Posts Tagged ‘communication’

productive difficult dialogs

Seven Bricks to Lay the Foundation for Productive Difficult Dialogues

OCTOBER 16TH, 2018 By: 

https://www.facultyfocus.com/articles/effective-classroom-management/seven-bricks-to-lay-the-foundation-for-productive-difficult-dialogues/

There are three basic ways that I hear faculty talk about difficult dialogues-

in-class dialogues that were planned but did not go particularly well;

in-class hot moments that were not anticipated and that the faculty member did not feel equipped to handle; and difficult dialogues that happen

during office hours or outside of class.

  1. Think ahead about what topics you are teaching and whether hot moments might be triggered. Plan for structuring those moments intentionally. Are there readings that honor multiple perspectives on the issue? Are there opportunities to have students adopt perspectives that may not be their own? What skills do students need to be able to successfully engage in the discussion?
  2. Know and communicate the learning goals and the connection to the course overall for each potentially hot topic. What kinds of questions could you pose that would most effectively help students meet the learning goals? What conversational structure would best help you meet those goals? You will find many concrete suggestions for a variety of ways to conduct conversations in Brookfield and Preskill (2005).
  3. Build community, trust, and a supportive climate. Often overlooked is the understanding that the relationships students have in the classroom with each other and with you need to be created intentionally and nurtured. On the first day, introductions can be shaped to be a little more personal than just names and majors while not being intrusive. Depending on the size of the class, you may choose to have students talk in small groups, or as a whole group. Scaffold activities to foster relationships among students each week. Model the kinds of behaviors you would like to see.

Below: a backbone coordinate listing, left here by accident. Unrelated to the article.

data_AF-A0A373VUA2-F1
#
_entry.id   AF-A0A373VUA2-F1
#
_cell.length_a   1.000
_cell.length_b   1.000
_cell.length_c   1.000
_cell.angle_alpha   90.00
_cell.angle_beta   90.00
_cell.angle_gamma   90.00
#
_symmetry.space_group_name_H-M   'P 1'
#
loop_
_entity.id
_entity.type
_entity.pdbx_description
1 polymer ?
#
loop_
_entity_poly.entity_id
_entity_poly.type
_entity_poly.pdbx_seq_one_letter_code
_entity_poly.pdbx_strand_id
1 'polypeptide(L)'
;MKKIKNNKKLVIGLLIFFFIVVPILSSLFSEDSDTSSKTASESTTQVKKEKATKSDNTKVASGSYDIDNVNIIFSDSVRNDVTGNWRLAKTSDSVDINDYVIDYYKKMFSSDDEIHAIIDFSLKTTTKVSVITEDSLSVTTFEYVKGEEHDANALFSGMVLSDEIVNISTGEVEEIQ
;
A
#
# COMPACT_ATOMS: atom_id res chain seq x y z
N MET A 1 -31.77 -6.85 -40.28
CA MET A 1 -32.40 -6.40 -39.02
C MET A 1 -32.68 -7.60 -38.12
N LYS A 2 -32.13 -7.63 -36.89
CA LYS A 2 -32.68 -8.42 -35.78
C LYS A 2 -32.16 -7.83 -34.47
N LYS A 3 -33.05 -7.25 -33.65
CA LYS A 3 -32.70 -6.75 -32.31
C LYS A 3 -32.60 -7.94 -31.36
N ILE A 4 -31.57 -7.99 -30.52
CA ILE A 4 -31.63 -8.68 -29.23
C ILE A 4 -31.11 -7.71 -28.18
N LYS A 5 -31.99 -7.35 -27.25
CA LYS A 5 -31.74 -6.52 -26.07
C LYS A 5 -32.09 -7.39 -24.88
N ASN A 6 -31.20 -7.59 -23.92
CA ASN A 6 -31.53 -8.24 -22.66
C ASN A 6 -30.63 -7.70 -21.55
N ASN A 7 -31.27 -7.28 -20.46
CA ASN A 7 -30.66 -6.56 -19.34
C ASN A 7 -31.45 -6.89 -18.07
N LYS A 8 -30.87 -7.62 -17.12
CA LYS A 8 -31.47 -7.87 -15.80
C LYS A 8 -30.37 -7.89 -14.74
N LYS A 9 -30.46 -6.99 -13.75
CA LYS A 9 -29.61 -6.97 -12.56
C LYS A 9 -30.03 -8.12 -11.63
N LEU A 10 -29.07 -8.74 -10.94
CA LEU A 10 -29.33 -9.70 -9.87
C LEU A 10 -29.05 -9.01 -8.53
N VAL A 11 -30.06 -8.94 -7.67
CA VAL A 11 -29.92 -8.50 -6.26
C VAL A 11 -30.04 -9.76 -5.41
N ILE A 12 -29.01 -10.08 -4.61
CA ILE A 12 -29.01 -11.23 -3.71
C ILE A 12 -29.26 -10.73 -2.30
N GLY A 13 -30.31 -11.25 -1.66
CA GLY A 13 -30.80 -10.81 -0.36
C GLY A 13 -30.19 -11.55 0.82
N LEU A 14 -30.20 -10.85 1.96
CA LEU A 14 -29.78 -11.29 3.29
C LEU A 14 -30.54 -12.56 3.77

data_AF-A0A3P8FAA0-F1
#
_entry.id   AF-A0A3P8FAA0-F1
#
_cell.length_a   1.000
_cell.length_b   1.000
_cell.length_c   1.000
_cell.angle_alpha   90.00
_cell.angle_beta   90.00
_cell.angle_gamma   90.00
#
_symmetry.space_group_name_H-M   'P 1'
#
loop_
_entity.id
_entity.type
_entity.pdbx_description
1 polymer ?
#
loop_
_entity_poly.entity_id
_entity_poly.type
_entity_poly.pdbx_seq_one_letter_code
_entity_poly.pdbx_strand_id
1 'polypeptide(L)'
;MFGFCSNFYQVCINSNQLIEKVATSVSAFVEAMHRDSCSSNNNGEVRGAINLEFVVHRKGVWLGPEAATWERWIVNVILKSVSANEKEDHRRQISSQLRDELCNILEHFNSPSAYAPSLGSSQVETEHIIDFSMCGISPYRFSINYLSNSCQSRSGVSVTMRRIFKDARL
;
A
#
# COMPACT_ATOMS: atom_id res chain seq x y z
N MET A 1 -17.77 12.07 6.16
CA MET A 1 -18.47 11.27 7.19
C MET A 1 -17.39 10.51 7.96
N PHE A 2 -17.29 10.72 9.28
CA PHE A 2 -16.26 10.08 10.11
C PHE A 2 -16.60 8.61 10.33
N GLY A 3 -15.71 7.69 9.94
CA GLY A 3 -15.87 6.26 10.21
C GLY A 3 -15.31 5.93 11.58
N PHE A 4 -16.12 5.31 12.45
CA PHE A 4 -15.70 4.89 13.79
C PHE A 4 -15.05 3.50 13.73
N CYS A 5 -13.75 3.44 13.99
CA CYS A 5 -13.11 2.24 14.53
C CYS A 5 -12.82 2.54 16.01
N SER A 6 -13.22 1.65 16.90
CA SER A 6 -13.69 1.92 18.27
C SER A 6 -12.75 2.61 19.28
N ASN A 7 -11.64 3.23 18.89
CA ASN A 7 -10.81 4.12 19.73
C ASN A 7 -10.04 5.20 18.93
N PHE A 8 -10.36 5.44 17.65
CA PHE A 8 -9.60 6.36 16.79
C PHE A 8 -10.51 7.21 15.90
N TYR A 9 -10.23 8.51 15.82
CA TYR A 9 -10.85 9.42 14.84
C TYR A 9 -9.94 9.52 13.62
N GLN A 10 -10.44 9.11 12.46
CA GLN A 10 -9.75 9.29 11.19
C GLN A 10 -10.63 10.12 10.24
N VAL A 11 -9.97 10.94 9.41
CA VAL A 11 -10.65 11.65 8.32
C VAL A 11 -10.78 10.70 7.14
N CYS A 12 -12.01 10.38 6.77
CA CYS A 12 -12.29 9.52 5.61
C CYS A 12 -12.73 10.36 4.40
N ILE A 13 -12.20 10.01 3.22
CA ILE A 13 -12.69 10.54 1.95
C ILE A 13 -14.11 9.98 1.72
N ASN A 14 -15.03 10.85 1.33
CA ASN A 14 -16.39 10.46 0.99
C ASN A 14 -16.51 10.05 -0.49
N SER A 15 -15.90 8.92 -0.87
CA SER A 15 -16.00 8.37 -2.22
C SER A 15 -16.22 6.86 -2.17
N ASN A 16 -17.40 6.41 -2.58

4. Have a statement on your syllabus about the environment you hope to create together. Describe your expectations and how you would like students to approach the class. For example: “I want to take a moment to clarify how I want you to approach the readings. The first rule is: Don’t take the readings as gospel. Just because something is printed doesn’t make it absolute truth. Be critical of what you are reading. I have chosen many readings precisely because they are provocative. If you find yourself strongly disagreeing with a reading, that’s fine. I encourage strong disagreement. However, if you disagree, you must clarify in your mind the reasons and evidence upon which you are basing your disagreement. At the same time, keep an open mind. Listen to what the readings have to say. Think about what other experiences you have had and readings you have done that might corroborate the course readings. Give yourself time to reflect on the information, insights, and perspectives offered in the readings” (Sulk and Keys, 2014).
  5. Create shared goals and guidelines for dialogue and post them. You may have a few of your own to add at the end, but let students generate their own list first. This gives them ownership, and the collective generation lets them discover shared values. One of my favorites to add is “look for the truth in what you oppose and the error in what you espouse” (Nash, 2008).
  6. Help students develop skills for productive conversation as part of the learning. Use active listening and perspective-taking exercises. In Western society, argument is often the mode of conversation. We frequently expect that students will be able to address challenging issues devoid of passion (and if you go to faculty meetings, you know that even we are not always good at this). Skills like paraphrasing, summarizing, and building on each other’s thoughts need to be consciously taught, modeled, and practiced in the classroom in order to support successful difficult dialogues.
  7. Start early in the course with lower-stakes conversations, and build to more difficult ones. This gives students the opportunity to build trust, and gives you time to help them develop their skills. Vary the types of questions—perhaps use some hypothetical questions like, “What would happen if…” “In a perfect world…” Or experience-based questions such as, “In your experience…?” Or opinion-based questions like, “What do you think about…?

References:
Online book: Start Talking: A Handbook for Engaging Difficult Dialogues in Higher Education http://www.uaa.alaska.edu/cafe/difficultdialogues/upload/Start-Talking-Handbookcomplete-version.pdf.